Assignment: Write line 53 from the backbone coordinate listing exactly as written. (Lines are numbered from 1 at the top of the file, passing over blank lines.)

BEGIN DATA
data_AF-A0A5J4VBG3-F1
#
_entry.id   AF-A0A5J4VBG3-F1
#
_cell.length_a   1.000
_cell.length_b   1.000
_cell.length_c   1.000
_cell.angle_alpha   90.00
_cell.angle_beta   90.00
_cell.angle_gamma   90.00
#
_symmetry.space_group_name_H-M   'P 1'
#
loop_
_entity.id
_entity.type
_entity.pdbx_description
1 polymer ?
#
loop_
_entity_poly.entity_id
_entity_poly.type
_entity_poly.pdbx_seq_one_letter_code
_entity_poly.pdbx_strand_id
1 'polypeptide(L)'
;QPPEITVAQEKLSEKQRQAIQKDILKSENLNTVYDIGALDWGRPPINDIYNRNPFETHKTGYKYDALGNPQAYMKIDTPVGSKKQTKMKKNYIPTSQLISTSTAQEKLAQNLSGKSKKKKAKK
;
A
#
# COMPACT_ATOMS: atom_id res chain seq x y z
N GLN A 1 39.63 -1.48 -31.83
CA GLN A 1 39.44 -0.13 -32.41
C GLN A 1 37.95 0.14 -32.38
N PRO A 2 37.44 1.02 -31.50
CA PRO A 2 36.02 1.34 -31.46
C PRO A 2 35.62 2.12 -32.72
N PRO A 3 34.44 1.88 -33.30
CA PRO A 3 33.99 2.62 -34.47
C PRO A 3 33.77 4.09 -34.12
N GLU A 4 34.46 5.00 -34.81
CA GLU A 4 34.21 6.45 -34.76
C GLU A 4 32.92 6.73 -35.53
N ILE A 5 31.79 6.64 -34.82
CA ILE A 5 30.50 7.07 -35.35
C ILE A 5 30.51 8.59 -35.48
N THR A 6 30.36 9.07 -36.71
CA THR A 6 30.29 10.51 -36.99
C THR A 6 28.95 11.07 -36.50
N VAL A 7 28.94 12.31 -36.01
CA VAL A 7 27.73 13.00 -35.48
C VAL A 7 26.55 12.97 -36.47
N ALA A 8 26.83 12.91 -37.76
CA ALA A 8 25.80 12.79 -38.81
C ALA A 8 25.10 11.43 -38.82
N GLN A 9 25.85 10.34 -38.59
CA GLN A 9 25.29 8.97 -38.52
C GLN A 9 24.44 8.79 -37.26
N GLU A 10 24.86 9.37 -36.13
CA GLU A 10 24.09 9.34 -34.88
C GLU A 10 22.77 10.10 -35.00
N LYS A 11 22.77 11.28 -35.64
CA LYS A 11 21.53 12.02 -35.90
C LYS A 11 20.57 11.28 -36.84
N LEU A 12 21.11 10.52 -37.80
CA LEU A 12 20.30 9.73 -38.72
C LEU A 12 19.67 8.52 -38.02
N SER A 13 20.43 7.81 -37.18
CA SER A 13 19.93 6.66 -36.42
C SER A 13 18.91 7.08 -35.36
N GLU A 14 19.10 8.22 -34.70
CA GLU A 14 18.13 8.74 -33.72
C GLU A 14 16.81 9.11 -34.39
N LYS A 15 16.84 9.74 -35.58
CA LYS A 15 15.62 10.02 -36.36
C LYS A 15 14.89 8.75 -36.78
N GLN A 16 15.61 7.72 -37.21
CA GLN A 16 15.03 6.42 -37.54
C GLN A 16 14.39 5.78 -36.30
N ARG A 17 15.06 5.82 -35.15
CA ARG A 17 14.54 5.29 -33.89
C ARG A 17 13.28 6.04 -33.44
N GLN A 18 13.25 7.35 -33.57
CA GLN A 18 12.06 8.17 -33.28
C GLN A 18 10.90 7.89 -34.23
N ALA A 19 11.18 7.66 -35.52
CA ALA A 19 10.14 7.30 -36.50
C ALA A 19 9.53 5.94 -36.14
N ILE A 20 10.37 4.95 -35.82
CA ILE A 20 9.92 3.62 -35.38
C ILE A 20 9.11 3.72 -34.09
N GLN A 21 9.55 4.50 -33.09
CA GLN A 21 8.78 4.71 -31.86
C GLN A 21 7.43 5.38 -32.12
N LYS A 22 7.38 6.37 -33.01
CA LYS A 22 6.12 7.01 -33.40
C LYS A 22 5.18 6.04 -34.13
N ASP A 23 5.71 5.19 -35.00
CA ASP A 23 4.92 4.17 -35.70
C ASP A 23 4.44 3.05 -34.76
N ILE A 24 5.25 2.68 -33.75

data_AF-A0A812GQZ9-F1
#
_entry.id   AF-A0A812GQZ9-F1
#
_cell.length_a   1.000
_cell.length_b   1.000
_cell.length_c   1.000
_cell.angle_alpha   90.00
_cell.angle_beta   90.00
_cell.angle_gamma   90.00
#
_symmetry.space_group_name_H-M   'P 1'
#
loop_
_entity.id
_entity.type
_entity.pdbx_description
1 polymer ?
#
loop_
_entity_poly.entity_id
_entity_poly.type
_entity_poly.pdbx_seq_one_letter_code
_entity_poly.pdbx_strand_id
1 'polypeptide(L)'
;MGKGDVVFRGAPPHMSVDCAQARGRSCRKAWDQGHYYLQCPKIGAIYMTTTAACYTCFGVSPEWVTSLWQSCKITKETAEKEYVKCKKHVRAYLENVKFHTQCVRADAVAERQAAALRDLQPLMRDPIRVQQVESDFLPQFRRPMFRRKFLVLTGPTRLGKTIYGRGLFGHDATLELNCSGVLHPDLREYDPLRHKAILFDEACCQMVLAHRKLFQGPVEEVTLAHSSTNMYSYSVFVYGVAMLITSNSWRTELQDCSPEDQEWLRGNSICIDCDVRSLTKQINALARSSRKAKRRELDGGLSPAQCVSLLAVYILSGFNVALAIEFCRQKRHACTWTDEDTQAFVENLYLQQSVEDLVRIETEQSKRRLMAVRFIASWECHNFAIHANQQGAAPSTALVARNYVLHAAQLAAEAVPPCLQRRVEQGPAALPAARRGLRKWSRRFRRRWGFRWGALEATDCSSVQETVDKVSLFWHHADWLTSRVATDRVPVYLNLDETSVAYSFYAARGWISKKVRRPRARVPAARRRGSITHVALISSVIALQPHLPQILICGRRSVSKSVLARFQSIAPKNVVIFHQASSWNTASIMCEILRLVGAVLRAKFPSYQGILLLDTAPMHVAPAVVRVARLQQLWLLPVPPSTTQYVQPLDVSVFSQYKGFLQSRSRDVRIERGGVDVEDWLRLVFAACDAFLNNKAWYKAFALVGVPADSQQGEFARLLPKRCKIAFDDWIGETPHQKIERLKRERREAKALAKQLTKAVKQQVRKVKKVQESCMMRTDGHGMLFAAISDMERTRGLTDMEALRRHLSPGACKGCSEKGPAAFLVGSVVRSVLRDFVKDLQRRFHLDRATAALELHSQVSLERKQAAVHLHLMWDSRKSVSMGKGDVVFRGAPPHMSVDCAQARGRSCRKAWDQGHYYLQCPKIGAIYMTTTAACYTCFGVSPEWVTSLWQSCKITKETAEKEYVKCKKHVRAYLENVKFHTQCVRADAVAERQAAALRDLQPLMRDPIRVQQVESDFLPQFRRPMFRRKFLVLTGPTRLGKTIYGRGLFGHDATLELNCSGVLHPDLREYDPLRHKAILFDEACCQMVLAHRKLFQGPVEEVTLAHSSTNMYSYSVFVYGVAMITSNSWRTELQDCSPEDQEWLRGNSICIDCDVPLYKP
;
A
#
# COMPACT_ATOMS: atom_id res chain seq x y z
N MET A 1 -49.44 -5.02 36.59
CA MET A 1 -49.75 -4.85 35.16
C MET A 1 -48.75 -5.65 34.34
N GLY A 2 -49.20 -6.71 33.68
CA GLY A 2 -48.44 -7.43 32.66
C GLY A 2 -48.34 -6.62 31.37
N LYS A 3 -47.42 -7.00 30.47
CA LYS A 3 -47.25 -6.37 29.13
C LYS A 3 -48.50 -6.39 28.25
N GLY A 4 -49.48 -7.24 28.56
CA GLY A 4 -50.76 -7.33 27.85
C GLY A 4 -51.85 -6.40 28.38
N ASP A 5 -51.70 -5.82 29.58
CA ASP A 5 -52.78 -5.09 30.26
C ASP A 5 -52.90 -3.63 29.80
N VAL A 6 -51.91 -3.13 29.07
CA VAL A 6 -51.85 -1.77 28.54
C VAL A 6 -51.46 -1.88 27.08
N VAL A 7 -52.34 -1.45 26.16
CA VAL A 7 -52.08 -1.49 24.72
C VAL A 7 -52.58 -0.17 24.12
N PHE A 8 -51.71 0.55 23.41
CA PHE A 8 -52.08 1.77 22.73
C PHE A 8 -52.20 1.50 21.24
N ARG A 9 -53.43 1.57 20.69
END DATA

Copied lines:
CA ALA A 8 25.80 12.79 -38.81